Review – The Woman in Black
2012, 95 mins, 12A, Dir. James Watkins, starring Daniel Radcliffe, Janet McTeer and Ciàran Hinds
Among the first of the new Hammer Horror feature productions, The Woman in Black, the first major film adaptation of Susan Hill’s period ghost story, has recently become the most successful British horror (in terms of domestic box office) of all time. And why not? It’s written by Jane Goldman, now one of the most sought-after Hollywood screenwriters, and features that kid from that really popular franchise, you know, the one with the wizards. Cleverly marketed as a 12A, it’s managed to fend off rather stale opposition to achieve £14 million in the UK thus far – and it’s only been three weeks. Clearly it’s got a market, but with a lead who still looks 18, how does it actually fare up?
I’ve had the privilege in the last few years of both reading the novel and experiencing the utterly terrifying London play, which has now been running for twenty-three years. Hill’s story was slow-burning, tremendously subtle and very chilling; the play was certainly a surprise in terms of the level of terror inflicted upon the hapless audience. I therefore had high expectations for this adaptation and hoped that it would be faithful to its source material.
The film starts eerily well and the tension slowly begins to rise as young solicitor Arthur Kipps (Radcliffe) travels to the country town of Crythin Gifford to sort out the papers of a recently deceased old lady; the locals, for some reason, seem very reluctant to speak to him, especially not of that old, dejected house on the marshes. Kipps discovers to his horror that there is a lot of history to this house, and to its previous occupants.
The film ultimately turns out be quite different from the story’s previous incarnations. For one thing, there is more shock value, more ‘jump’ moments thrown in for the displeasure of the viewer. Where the novel was slow and subtle in revealing the malevolent nature of its antagonist, the eponymous ‘Woman in Black’, the film bounces along with the occasional sudden knocking of an object or appearance of a character, and just misses the mark in terms of how scary it should be.
Many of these sudden shocks occur in an extended sequence midway in the film – Kipps, trapped in Eel Marsh House, has one hell of a night chasing shadows and noises in the cavernous place. In one particularly memorable scene, he slowly travels down the darkened corridor towards a rocking sound coming from a previously closed door. It’s very suspenseful and perhaps the highlight of the film.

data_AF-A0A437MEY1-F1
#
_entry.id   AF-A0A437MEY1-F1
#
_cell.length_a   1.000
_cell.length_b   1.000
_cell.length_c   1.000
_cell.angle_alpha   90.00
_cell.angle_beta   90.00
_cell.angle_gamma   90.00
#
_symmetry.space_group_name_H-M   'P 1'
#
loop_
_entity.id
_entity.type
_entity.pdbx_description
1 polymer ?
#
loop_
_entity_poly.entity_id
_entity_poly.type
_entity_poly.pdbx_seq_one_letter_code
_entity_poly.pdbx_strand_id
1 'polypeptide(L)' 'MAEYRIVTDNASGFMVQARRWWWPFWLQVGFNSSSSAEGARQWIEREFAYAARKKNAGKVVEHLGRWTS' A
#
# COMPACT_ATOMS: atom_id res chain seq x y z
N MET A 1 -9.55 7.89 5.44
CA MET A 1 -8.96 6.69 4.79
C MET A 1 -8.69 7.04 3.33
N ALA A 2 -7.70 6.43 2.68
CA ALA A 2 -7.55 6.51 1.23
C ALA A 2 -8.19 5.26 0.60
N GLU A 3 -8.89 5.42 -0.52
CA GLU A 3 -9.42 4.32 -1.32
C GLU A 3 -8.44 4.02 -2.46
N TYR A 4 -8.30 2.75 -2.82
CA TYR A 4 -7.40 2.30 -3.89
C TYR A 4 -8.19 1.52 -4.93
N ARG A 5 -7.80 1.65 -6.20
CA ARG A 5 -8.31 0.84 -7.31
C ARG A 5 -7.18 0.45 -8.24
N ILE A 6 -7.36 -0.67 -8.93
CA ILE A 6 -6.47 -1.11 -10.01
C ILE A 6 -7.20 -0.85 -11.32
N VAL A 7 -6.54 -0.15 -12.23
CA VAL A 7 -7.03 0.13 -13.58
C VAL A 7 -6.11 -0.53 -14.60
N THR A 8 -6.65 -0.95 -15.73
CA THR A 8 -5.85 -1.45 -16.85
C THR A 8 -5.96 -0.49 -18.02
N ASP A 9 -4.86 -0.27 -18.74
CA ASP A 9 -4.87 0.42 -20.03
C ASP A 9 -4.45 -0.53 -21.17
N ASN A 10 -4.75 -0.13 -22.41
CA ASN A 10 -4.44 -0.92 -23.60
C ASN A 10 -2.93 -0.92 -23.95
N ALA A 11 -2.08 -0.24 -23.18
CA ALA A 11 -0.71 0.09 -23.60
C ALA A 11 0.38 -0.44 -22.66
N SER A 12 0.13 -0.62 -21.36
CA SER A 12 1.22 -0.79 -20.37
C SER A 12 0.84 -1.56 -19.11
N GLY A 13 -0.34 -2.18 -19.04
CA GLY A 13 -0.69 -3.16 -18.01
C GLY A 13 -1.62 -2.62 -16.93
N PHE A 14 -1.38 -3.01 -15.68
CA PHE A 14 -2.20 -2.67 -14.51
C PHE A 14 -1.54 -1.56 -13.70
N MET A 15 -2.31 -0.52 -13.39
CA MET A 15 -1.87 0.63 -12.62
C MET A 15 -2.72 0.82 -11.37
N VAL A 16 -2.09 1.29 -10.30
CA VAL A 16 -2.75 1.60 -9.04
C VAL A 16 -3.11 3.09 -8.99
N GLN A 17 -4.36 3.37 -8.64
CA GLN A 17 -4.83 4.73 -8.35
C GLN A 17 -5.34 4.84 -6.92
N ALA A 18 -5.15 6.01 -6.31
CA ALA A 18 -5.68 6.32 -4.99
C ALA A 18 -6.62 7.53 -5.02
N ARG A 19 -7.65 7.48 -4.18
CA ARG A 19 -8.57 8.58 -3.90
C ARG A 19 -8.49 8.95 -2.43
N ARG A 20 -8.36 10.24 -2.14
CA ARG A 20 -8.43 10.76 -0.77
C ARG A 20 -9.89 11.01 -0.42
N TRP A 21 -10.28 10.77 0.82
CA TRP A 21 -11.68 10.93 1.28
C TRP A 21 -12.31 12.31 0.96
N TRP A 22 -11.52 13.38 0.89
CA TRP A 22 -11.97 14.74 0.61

Yet the ghost of the woman herself is underused. Where, even in the play, she is seen for extended periods, in this cinematic excursion she is reduced to mere glimpses of the main character. It doesn’t add to the mystique of the woman. The focus is on the house and what it does to Kipps, the visions that emanate from it; and since a lot of the time and energy is devoted to shock tactics, barely any attention is given to the plot. As a result, it is frustratingly shallow; the vengeance of the title character seems worthless at times.
Not only that, but the lead is miscast. While Daniel Radcliffe has certainly been a major part of the film’s success, he really isn’t very good. You do want him to succeed and you can see the effort he makes, mainly by the fact that he keeps his mouth shut throughout the film, but he simply is not convincing playing a widower with a four-year-old son. Even ignoring his acting ability in itself, he looks far too young and any attempts to age him are in vain.
It is redeemed a little by its excellent locations and strong supporting cast (Ciàran Hinds is particularly notable). The jump scenes are admittedly disconcerting, but ultimately The Woman in Black strays disappointingly far from its literary origins. Commercial performance is important, but the kind of horror that is witnessed in this film is of-the-moment and immediate. That’s what is popular with audiences today, but does it stick with you? That brooding character of the novel, that force of evil that infects every page, is something that plays on your mind, that taunts you as you read Hill’s intricate description, and certainly something that lasts. I’m happy (or perhaps lukewarm) that it has done so well and audiences seem to love it, but the sense of inferiority, to me, is not ignorable.
Go and read the book – or if you’re feeling lazy, see the stage play – and marvel at the infinitely more terrifying depictions of the woman in black.
2 stars out of 5